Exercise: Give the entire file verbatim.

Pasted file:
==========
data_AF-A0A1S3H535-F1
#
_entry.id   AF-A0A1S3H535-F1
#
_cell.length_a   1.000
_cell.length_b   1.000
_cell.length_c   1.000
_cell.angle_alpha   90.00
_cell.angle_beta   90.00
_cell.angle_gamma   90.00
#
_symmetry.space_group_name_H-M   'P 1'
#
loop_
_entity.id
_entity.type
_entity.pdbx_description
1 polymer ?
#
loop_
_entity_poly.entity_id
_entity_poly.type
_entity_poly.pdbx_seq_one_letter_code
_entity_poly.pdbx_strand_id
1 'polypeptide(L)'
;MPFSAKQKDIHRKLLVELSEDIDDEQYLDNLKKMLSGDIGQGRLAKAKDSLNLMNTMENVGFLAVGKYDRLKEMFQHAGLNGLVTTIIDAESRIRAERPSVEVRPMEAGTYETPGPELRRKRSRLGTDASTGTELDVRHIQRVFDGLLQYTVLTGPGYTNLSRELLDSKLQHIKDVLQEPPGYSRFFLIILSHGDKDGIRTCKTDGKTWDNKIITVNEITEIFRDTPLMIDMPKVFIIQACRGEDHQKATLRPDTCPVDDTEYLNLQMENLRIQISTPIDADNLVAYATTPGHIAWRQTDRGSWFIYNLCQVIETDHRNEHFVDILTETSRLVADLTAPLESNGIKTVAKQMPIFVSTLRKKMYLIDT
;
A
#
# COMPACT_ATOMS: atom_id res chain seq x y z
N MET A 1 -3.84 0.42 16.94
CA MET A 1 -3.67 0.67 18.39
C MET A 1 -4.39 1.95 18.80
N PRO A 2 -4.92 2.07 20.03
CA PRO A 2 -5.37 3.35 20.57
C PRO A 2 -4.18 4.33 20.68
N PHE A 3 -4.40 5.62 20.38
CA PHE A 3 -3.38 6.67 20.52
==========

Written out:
data_AF-A0A1S3H535-F1
#
_entry.id   AF-A0A1S3H535-F1
#
_cell.length_a   1.000
_cell.length_b   1.000
_cell.length_c   1.000
_cell.angle_alpha   90.00
_cell.angle_beta   90.00
_cell.angle_gamma   90.00
#
_symmetry.space_group_name_H-M   'P 1'
#
loop_
_entity.id
_entity.type
_entity.pdbx_description
1 polymer ?
#
loop_
_entity_poly.entity_id
_entity_poly.type
_entity_poly.pdbx_seq_one_letter_code
_entity_poly.pdbx_strand_id
1 'polypeptide(L)'
;MPFSAKQKDIHRKLLVELSEDIDDEQYLDNLKKMLSGDIGQGRLAKAKDSLNLMNTMENVGFLAVGKYDRLKEMFQHAGLNGLVTTIIDAESRIRAERPSVEVRPMEAGTYETPGPELRRKRSRLGTDASTGTELDVRHIQRVFDGLLQYTVLTGPGYTNLSRELLDSKLQHIKDVLQEPPGYSRFFLIILSHGDKDGIRTCKTDGKTWDNKIITVNEITEIFRDTPLMIDMPKVFIIQACRGEDHQKATLRPDTCPVDDTEYLNLQMENLRIQISTPIDADNLVAYATTPGHIAWRQTDRGSWFIYNLCQVIETDHRNEHFVDILTETSRLVADLTAPLESNGIKTVAKQMPIFVSTLRKKMYLIDT
;
A
#
# COMPACT_ATOMS: atom_id res chain seq x y z
N MET A 1 -3.84 0.42 16.94
CA MET A 1 -3.67 0.67 18.39
C MET A 1 -4.39 1.95 18.80
N PRO A 2 -4.92 2.07 20.03
CA PRO A 2 -5.37 3.35 20.57
C PRO A 2 -4.18 4.33 20.68
N PHE A 3 -4.40 5.62 20.38
CA PHE A 3 -3.38 6.67 20.52